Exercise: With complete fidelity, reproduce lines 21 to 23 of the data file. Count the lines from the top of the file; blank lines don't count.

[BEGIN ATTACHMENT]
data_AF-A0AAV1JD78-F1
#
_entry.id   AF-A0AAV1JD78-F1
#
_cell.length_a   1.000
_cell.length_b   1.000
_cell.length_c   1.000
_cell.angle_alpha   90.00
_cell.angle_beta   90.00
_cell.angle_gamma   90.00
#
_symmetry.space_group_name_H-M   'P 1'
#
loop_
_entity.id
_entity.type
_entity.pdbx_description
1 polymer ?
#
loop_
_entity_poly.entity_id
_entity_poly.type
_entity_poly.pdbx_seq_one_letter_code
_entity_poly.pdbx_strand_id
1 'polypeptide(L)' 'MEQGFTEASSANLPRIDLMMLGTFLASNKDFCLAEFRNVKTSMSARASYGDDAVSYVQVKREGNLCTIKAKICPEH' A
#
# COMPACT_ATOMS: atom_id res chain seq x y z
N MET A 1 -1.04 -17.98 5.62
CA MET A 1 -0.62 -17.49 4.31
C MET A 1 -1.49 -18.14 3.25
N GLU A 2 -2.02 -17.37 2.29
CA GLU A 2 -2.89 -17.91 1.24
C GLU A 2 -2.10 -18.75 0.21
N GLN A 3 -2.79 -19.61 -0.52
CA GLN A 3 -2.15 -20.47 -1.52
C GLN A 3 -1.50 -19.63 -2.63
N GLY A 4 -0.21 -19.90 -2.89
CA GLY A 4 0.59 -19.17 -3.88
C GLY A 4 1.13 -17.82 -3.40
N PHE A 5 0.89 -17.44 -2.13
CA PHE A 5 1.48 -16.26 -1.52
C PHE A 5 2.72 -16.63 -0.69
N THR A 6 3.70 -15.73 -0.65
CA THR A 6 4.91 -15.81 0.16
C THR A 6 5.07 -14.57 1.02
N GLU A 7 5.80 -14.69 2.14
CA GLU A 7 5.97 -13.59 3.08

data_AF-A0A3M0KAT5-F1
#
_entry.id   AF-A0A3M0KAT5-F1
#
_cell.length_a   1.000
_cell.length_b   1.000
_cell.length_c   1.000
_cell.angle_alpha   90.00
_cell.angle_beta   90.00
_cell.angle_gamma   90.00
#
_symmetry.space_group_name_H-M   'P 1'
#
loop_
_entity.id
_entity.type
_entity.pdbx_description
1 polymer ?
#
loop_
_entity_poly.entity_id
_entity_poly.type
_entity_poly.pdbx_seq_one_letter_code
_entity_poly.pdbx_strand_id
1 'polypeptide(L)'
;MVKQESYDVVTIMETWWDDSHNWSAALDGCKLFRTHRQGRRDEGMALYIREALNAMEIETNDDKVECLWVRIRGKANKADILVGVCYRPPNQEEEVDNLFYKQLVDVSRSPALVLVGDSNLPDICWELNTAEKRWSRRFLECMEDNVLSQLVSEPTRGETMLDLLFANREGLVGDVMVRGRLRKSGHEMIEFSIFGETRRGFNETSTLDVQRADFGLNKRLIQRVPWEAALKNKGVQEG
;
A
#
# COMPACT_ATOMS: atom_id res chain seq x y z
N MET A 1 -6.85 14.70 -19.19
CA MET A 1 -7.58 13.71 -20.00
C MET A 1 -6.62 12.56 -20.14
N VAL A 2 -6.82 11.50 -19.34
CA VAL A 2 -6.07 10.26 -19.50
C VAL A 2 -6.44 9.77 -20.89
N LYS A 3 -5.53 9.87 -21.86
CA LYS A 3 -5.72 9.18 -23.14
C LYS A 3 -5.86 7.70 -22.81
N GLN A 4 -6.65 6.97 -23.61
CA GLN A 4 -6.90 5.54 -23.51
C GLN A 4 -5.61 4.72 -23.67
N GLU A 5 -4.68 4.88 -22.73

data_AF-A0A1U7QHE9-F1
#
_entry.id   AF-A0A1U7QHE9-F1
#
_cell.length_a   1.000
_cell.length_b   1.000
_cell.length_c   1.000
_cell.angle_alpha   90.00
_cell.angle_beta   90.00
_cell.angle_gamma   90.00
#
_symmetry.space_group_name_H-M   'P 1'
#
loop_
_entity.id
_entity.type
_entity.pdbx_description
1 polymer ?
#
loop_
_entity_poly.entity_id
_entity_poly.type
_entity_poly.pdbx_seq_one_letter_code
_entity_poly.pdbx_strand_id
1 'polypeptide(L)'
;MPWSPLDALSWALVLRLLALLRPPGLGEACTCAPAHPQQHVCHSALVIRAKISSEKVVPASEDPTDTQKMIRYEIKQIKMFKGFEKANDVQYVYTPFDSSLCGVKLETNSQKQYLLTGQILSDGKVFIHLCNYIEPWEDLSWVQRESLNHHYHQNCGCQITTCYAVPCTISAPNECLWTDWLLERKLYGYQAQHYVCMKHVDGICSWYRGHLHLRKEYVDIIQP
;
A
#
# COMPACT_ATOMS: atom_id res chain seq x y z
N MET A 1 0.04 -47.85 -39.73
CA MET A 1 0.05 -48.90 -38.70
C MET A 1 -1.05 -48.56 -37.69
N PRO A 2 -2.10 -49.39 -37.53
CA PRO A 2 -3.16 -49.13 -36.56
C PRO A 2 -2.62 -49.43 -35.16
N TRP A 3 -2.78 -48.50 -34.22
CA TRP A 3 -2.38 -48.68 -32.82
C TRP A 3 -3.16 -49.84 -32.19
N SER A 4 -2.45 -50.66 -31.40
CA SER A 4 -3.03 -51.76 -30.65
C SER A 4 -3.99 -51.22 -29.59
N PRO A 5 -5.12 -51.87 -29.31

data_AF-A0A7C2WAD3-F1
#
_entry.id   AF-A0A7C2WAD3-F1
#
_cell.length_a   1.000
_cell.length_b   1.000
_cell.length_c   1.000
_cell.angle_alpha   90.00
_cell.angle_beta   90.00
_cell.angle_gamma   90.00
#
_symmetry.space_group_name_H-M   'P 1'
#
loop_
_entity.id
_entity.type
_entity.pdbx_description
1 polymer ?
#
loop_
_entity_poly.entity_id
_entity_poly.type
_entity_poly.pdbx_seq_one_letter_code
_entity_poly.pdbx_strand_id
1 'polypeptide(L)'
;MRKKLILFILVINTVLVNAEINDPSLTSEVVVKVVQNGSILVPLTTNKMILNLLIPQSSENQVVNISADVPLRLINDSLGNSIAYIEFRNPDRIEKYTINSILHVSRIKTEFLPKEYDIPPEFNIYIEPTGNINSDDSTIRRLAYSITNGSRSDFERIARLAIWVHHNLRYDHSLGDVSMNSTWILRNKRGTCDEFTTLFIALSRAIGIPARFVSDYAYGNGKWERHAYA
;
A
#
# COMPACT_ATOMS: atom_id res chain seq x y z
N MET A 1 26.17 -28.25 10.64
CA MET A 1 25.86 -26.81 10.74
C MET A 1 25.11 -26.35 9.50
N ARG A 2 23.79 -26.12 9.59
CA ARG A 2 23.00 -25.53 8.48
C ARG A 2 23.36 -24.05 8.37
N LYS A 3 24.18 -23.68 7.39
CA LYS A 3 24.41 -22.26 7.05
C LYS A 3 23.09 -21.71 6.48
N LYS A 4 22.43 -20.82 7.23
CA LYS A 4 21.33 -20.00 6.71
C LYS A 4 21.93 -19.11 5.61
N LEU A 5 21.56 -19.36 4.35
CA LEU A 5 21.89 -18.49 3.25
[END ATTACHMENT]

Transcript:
_entity_poly.entity_id
_entity_poly.type
_entity_poly.pdbx_seq_one_letter_code